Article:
Conclusion

Apple have a strong brand. When I say strong it’s more like concrete. This is a brand that shows no sign of getting dented. Signal problems being fixed by a rubber, tracking information being stored ? It’s not done anything to dampen the enthusiasm of customers. That said though, this is the device other tablets mimic. It’s easy to see why. It’s slender, it’s light, the battery seems to last forever. The external speaker is deep, loud and, when you toss the device on the microwave whilst listening to music from your sync’d iTunes library, it’s easy to forget that this is such a sleek device.

I did have a couple of niggles – some apps crashed out, albeit nicely, and the lack of Flash was a very minor irritant, but for the most part it was fantastic. I also loved the fact that, with this particular unit from Orange, I could browse and use the web where-ever I was.

From the beginning, when you pick up the iPad and unlock it, it pulls you in. The adverts will tell you that the technology is “hidden”. It’s true. You don’t have to consider how things work, they just .. do.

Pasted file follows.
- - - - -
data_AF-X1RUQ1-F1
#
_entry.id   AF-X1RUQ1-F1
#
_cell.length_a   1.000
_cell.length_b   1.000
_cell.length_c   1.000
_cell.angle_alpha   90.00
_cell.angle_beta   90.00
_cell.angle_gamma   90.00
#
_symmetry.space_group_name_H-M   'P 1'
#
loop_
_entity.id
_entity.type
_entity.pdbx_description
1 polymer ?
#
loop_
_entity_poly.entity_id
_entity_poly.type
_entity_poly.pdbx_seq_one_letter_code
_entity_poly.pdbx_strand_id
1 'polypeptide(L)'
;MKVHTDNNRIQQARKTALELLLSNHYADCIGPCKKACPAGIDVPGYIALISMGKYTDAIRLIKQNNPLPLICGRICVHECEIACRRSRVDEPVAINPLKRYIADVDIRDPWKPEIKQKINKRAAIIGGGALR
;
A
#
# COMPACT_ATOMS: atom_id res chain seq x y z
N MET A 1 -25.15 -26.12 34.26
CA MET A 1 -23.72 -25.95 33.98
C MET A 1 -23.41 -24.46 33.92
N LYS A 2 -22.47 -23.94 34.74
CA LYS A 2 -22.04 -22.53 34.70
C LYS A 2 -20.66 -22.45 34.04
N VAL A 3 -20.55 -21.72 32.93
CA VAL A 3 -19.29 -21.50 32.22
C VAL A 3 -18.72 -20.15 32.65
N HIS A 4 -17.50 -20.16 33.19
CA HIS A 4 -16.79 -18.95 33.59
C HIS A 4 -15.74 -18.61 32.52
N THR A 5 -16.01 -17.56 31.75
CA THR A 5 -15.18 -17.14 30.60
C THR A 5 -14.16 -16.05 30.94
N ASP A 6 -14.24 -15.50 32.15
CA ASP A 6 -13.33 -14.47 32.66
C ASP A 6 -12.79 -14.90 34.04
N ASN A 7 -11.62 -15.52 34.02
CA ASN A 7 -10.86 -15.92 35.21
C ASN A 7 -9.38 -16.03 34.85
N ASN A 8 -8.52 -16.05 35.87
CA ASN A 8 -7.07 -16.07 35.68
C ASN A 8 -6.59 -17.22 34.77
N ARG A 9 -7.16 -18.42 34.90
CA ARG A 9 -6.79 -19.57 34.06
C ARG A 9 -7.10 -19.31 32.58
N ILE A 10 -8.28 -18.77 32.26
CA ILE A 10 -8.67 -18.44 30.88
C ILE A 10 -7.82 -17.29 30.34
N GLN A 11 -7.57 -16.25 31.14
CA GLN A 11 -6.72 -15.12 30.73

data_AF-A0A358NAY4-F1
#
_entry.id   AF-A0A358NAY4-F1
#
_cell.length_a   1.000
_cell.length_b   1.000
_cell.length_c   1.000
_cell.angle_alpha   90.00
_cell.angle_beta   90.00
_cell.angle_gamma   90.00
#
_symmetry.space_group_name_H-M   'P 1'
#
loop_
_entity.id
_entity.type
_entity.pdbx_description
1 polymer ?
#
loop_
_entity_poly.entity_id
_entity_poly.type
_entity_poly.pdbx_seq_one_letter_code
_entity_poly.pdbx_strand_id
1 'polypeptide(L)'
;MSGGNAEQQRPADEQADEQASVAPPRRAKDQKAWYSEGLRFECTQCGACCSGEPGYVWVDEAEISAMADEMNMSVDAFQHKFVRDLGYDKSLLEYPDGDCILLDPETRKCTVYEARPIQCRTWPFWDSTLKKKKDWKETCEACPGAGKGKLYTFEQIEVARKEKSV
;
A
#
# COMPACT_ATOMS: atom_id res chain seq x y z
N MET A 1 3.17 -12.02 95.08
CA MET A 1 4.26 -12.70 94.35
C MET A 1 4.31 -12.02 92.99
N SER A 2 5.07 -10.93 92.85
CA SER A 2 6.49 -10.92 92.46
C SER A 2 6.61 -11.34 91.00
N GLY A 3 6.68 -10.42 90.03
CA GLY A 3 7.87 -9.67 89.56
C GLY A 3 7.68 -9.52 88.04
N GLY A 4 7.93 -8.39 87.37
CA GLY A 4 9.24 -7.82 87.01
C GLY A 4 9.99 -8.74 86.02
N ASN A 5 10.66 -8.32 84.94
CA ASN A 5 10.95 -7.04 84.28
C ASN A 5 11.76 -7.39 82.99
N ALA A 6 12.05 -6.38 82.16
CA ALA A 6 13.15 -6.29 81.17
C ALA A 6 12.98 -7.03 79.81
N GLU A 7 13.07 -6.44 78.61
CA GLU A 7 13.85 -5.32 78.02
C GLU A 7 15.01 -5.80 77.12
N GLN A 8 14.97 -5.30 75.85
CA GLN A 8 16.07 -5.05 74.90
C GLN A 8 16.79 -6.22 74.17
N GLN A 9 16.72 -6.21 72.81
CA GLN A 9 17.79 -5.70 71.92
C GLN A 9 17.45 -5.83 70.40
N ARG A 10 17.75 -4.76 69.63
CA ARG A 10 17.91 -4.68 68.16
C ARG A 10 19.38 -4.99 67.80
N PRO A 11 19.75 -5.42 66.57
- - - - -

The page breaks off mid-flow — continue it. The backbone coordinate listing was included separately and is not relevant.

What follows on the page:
It’s even the simple things. Just viewing your own pictures or videos on the iPad 2 is so enjoyable.  This is a device that will put a smile on your face. It’s a device that anyone can use.

I don’t think the iPad would ever replace a Netbook. Likewise, I don’t think that most Tablet / Slate devices would replace a Netbook. For heavy typing and work you’re probably best going for a 10″ Netbook, but for those who want enjoyment and a fantastic user experience – go for the iPad 2.

Prices currently start from £199 on a 24-month contract with Orange. Get more details here.

  • Steve

    Been trialing these at work and they are useless for corporate environments. Why? Because none of the Apps address the global proxy server settings except for Safari and iornically, the app store! Apple need to pull their finger out if they are serious about the iPad being used in a corporate environment where the use of proxy servers are very common.

    • http://researchpaperwriter.net/ research papers

      thanks! useful information. now my opinion has changed. thank you

    • Angus Patrick